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Journal of Biomedicine and Biotechnology
Volume 2008 (2008), Article ID 547428, 10 pages
Methodology Report

A Suprachoroidal Electrical Retinal Stimulator Design for Long-Term Animal Experiments and In Vivo Assessment of Its Feasibility and Biocompatibility in Rabbits

J. A. Zhou,1,2,3 S. J. Woo,1 S. I. Park,1 E. T. Kim,1,2,3 J. M. Seo,1,2,6 H. Chung,1,2,4 and S. J. Kim1,2,3

1Nano Bioelectronics & Systems Research Center, Seoul National University, Shillim-dong, Gwanak-gu, Seoul 151-742, South Korea
2Nano Artificial Vision Research Center, Seoul National University Hospital, Yeongeon-dong, Jongno-gu, Seoul 110-744, South Korea
3School of Electrical Engineering and Computer Science, Seoul National University, Shillim-dong, Gwanak-gu, Seoul 151-742, South Korea
4Department of Ophthalmology, Seoul National University College of Medicine, Yeongeon-dong, Jongno-gu, Seoul 110-799, South Korea
5Seoul National University Bundang Hospital, Gumi-dong, Bundang-gu, Seongnam-si, Gyeonggi-do 463-707, South Korea
6Department of Ophthalmology, Dongguk University College of Medicine, Pil-dong, Jung-gu, Seoul 100-715, South Korea

Received 21 August 2007; Revised 29 November 2007; Accepted 24 December 2007

Academic Editor: Daniel Howard

Copyright © 2008 J. A. Zhou et al. This is an open access article distributed under the Creative Commons Attribution License, which permits unrestricted use, distribution, and reproduction in any medium, provided the original work is properly cited.


This article reports on a retinal stimulation system for long-term use in animal electrical stimulation experiments. The presented system consisted of an implantable stimulator which provided continuous electrical stimulation, and an external component which provided preset stimulation patterns and power to the implanted stimulator via a paired radio frequency (RF) coil. A rechargeable internal battery and a parameter memory component were introduced to the implanted retinal stimulator. As a result, the external component was not necessary during the stimulation mode. The inductive coil pair was used to pass the parameter data and to recharge the battery. A switch circuit was used to separate the stimulation mode from the battery recharging mode. The implantable stimulator was implemented with IC chips and the electronics, except for the stimulation electrodes, were hermetically packaged in a biocompatible metal case. A polyimide-based gold electrode array was used. Surgical implantation into rabbits was performed to verify the functionality and safety of this newly designed system. The electrodes were implanted in the suprachoroidal space. Evoked cortical potentials were recorded during electrical stimulation of the retina. Long-term follow-up using OCT showed no chorioretinal abnormality after implantation of the electrodes.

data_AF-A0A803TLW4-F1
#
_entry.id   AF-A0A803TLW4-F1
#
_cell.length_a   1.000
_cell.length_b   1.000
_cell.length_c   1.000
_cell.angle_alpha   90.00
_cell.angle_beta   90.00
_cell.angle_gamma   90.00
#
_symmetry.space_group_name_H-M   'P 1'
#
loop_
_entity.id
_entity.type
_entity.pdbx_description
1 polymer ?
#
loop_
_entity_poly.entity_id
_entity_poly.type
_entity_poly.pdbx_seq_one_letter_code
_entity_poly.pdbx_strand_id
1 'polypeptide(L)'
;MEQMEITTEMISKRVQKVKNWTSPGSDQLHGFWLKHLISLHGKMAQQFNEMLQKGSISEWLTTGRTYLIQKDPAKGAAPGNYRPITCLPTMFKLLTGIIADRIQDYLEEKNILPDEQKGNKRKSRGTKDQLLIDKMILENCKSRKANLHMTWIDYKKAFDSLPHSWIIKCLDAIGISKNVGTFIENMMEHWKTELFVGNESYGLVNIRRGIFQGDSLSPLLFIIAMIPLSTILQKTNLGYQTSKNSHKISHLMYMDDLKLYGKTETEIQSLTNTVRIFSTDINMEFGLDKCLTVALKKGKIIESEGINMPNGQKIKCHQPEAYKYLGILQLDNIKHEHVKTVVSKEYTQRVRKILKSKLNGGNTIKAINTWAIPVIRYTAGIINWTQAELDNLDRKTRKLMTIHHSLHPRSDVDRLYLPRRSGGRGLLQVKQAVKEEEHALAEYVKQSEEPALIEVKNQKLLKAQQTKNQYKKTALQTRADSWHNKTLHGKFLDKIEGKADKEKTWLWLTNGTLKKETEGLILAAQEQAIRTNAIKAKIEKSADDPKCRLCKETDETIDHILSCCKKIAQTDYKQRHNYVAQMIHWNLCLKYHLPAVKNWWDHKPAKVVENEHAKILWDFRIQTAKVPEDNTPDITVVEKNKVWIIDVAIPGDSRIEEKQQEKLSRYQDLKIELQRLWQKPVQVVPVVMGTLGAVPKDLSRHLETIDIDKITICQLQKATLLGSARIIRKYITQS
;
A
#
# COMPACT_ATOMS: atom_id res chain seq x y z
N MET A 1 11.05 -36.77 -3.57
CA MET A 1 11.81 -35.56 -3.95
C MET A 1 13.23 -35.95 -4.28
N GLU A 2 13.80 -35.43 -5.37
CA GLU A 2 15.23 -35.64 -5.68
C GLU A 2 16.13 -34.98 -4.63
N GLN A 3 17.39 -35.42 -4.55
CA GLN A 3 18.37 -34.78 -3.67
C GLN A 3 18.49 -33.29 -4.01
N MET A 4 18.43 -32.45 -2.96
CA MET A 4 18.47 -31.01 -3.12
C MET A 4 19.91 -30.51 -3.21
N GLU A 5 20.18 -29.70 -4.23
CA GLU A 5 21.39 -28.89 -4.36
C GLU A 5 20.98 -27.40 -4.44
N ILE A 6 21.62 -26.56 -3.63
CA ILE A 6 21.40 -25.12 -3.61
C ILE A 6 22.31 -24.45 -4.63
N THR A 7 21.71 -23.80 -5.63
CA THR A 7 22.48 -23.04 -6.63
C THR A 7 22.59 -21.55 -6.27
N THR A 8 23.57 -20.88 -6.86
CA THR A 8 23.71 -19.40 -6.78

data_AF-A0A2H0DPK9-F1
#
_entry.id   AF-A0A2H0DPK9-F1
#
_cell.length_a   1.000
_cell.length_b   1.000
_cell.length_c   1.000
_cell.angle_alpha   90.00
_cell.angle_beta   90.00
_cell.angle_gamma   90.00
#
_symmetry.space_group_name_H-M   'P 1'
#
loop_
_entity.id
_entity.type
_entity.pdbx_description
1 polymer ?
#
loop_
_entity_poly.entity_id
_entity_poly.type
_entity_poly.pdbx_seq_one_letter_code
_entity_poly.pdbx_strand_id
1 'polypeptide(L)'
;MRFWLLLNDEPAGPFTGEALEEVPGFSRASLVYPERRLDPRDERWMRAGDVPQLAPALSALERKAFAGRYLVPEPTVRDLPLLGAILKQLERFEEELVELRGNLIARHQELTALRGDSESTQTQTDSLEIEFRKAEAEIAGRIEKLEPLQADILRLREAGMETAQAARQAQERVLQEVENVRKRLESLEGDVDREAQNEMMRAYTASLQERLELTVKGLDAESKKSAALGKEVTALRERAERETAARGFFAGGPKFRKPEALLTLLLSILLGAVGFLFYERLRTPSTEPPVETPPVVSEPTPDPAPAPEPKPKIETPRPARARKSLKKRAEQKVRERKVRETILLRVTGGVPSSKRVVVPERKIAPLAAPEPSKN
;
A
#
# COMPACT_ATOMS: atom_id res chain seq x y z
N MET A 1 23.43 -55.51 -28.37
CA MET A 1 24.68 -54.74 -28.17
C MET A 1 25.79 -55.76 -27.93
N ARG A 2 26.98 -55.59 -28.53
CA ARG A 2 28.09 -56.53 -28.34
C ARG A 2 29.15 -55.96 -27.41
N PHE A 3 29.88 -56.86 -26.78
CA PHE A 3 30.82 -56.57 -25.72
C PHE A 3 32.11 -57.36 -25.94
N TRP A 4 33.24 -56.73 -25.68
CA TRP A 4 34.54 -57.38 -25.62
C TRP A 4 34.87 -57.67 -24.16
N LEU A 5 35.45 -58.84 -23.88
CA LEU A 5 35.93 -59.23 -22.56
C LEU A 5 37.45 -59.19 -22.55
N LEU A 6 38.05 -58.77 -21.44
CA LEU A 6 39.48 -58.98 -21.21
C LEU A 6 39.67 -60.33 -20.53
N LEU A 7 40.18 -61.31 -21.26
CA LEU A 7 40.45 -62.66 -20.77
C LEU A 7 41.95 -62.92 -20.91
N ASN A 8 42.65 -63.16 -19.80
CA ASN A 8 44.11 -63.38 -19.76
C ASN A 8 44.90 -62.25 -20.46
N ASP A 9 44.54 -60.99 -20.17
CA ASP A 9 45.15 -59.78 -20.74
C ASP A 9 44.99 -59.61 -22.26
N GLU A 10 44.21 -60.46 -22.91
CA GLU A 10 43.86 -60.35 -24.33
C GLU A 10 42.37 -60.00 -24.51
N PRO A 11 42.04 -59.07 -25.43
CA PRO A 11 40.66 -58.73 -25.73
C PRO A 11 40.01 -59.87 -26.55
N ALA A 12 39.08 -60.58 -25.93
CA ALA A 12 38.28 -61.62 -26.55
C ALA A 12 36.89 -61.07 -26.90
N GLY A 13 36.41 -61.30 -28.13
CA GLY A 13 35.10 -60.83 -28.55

1. Introduction

Retinal prostheses are under investigation by several groups [1, 2], and some preclinical and clinical trials have been reported [36]. Preclinical experiments are intended to estimate the stimulation parameters and to evaluate the efficacy and the safety of the devices and the clinical trials are aimed at demonstrating the feasibility of the prosthesis. Although the electrical stimulation of the retina in preliminary clinical studies showed encouraging results such as the patient's perception of a small spot of light or basic shapes according to the stimulation pattern [4], there is much to be investigated and revised regarding retinal prostheses.

Before the implantation of a retinal prosthesis into the eye of a patient, the stimulation conditions, the long-term stability, and the durability of the retinal prostheses should be verified in vivo. Animal experiments are essential in developing retinal prosthesis because the characteristics and safety of prosthesis cannot be verified in human eyes for ethical reasons. Due to anatomical differences, devices for animal use cannot be used in humans, but design features can be tested in extended animal experiments, verifying the design features for a human device.